“Unsurprisingly, changing culture for the better features high on the FCA’s agenda, not only for banks and consumer credit firms, but also more generally. While it might be unrealistic for the FCA to expect large-scale cultural change programmes to have been completed, it will be looking for evidence of continuous improvement. In that sense, the clock is ticking loudly – with the passage of time, the FCA’s tolerance of failings which indicate poor culture will reduce from its already low level.”[5]

  1. No pronouncements from George Osborne himself can be found from the time of the review. However, George Wheatley’s resignation as head of the FCA came in July 2015 came just a few months after the publication of the Business Plan 2015/16, and hence the announcement of the review of banking culture. Press have recently linked Wheatley’s “defenestration” (which was procured by the Treasury’s decision not to renew his contract) to the decision to axe the review of banking culture.[6] The vote of no confidence was seen by many at the time as an attempt by the Chancellor to install a CEO with a more “softly-softly” approach to regulation.[7] This was of course denied by Osborne:

“Britain needs a tough, strong financial conduct regulator. Martin Wheatley has done a brilliant job of launching the FCA in tough circumstances.

“Now that phase is complete, the government believes that different leadership is required to build on those foundations and take the organisation to the next stage of its development. 

“The government is launching a worldwide search; Martin’s replacement will – like him – need to be passionate about protecting consumers, promoting competition and completing the job of cleaning up the City, so it is the best-regulated market in the world.”

  • The press around its cancellation – what have people been saying; is there any objective justification the regulator can point to‎ for why it’s no longer needed or is it just politically inconvenient

Initial report

  1. The decision to scrap the review was initially reported in the FT on 30th December 2015 before being picked up by other news agency that evening and the next day.[8] The initial article ran the headline “UK draws line under ‘banker bashing’ after scrapping assessment.”

FCA’s justification

  1. The FCA issued a press release explaining the decision not to complete the review.[9] In that document the regulator point to two main reasons why the review was dropped:
  • Similar work of the BBA

Prior to commence the review, the FCA engaged with stakeholders include the FSCP, the FCA Practitioner Panel, the BBA and the Banking Standards Board. It was discovered that the Banking Standards Board had begun a piece of work focusing on similar issues and the FCA did not wish to duplicate.

  • Idiosyncrasy of culture

During the scoping exercise, the FCA found that each firm has and needs its own approach. Due to the idiosyncratic nature of each individual institution, any poor practice guidance was unlikely to be of sufficient value to justify continuing to focus resources on cross-firm work. The FCA would instead focus on dealing with culture on a firm by firm basis.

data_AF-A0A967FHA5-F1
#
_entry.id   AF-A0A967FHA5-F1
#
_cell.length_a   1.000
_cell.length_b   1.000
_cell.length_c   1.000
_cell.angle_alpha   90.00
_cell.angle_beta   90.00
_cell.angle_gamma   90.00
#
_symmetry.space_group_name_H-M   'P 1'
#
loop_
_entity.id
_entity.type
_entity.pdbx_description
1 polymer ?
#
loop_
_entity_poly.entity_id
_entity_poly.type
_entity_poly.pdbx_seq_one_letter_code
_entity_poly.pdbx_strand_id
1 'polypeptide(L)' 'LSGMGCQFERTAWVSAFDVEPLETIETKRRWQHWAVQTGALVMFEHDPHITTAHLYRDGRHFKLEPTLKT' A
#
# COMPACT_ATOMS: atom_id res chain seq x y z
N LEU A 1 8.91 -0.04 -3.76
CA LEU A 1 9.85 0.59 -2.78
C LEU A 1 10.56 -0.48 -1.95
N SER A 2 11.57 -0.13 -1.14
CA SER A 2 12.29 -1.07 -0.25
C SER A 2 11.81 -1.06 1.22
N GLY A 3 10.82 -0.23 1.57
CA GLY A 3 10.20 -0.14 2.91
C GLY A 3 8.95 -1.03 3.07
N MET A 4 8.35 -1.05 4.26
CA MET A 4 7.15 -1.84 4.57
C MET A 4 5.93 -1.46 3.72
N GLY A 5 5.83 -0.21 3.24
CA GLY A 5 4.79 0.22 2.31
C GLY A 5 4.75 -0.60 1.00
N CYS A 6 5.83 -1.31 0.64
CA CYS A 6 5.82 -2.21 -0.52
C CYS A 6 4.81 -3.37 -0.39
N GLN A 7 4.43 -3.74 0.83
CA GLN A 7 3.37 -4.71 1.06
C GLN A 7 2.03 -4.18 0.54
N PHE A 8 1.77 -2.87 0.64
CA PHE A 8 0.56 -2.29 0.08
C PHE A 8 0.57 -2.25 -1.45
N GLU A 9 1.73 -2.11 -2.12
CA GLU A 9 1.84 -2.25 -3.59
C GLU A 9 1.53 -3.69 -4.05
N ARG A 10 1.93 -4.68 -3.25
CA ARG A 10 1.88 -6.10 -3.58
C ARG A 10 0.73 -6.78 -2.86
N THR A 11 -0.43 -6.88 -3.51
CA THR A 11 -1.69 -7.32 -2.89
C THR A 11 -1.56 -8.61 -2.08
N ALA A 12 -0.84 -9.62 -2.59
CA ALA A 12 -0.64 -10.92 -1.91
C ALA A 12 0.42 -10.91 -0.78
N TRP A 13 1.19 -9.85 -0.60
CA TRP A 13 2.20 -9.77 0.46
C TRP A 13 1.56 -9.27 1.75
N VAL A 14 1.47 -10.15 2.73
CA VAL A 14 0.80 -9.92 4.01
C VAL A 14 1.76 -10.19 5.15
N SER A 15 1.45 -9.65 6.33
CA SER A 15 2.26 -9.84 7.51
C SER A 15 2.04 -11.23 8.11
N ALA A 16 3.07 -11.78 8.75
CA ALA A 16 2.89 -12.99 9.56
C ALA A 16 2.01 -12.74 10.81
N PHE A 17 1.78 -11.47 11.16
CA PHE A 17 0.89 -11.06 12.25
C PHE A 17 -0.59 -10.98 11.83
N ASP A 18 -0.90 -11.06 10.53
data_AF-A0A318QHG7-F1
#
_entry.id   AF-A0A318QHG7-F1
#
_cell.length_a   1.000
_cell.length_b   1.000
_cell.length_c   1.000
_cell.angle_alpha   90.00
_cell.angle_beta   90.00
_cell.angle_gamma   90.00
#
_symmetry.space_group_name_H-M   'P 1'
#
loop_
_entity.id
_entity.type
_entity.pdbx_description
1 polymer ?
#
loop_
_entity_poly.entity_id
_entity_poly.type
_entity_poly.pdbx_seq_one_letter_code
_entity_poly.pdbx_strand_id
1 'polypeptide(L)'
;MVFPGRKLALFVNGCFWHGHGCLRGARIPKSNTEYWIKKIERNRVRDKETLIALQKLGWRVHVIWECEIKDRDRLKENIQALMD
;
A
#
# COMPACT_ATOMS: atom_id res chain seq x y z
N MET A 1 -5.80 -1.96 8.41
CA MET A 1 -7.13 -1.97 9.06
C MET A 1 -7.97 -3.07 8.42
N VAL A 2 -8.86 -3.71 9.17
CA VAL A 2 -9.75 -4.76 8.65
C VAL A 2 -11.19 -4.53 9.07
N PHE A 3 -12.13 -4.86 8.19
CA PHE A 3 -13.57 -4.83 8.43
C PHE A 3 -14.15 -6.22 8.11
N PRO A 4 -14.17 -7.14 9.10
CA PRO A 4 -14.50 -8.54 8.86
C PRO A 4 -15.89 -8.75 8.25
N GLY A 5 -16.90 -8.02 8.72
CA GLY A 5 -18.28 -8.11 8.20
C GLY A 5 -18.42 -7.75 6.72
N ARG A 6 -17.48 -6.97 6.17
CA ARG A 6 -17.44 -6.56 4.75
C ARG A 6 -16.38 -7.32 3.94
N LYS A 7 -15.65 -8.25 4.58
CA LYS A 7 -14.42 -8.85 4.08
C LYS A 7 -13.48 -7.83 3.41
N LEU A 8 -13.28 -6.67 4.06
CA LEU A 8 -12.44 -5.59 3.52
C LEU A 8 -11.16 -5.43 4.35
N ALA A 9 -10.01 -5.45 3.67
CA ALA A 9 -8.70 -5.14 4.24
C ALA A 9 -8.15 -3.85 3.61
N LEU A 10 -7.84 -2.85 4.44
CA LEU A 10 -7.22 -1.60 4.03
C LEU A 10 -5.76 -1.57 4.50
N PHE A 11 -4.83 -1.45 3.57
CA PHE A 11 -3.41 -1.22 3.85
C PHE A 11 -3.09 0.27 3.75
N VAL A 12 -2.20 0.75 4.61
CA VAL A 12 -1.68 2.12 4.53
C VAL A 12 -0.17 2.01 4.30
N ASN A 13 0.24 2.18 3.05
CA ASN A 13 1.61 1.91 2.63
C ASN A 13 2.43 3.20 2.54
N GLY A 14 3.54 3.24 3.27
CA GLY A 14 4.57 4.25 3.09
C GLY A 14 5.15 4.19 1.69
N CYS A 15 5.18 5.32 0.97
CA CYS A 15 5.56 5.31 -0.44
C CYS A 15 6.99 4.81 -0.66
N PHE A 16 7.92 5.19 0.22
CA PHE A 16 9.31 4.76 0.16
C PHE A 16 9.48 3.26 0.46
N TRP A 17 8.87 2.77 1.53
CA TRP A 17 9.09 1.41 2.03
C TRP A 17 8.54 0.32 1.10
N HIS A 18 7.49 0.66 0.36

1. The FCA was keen to emphasise in the press release that work into culture had not ceased. Under sub-headings, the regulator set out the work it continues to do to encourage institutions to improve their culture:
  • Supervision – range of supervisory tools and methods to engage with firms, including encouraging banks to consider key questions.
  • Accountability – implementing Senior Managers and Certification Regime, put on statutory basis following recommendation of the PCBS.
  • Remuneration – changes to the Remuneration Code.
  • Conduct rules – rules that will help to shape the culture, standards and policies of firms and raise overall conduct standards in the industry
  • Whistleblowing – final rules on whistleblowing in deposit-taking institutions have been issued.
  1. The Banking Standards Board was created last year to promote “high standards” in the banking sector. The BSB has no regulatory authority and is not a trade association. The BSB’s chair Dame Colett Bowe has said:

“the space we inhabit is a space no one occupies at the moment, except for top leadership of the banks, who are all thinking about culture.”

The body’s first annual report will be published in spring 2016, but the body has already sent assessment to some key players in the financial industry.[10]

  1. The exact scope of the BSB’s review of banking culture is not immediately apparent, though it does appear that the Board will be “looking at bank remuneration structures” and the “messages these sent to their own workforces”.[11]

Press surrounding cancellation

  1. The move to scrap the review has attracted criticism from the Labour Party. John McDonnell MP, the shadow chancellor, has urged George Osborne to exert his influence and reinstate the review. He said:

““This will be a huge blow to customers and taxpayers who are all still paying the price for the failed culture in the banking sector that’s been widely attributed to be among the main causes of the crash and the scandals over LIBOR and  price-fixing…the FCA is making a dangerous and costly mistake”[12]

  1. Labour MP John Mann, a former member of the Treasury Select Committee, has related the decision of the FCA to the sacking of Martin Wheatley in July:

“This relates to the sacking of Wheatley and the opportunity this has given Osborne to pull the dogs off the banks.”[13]

John Mann tweeted on 31st December 2015: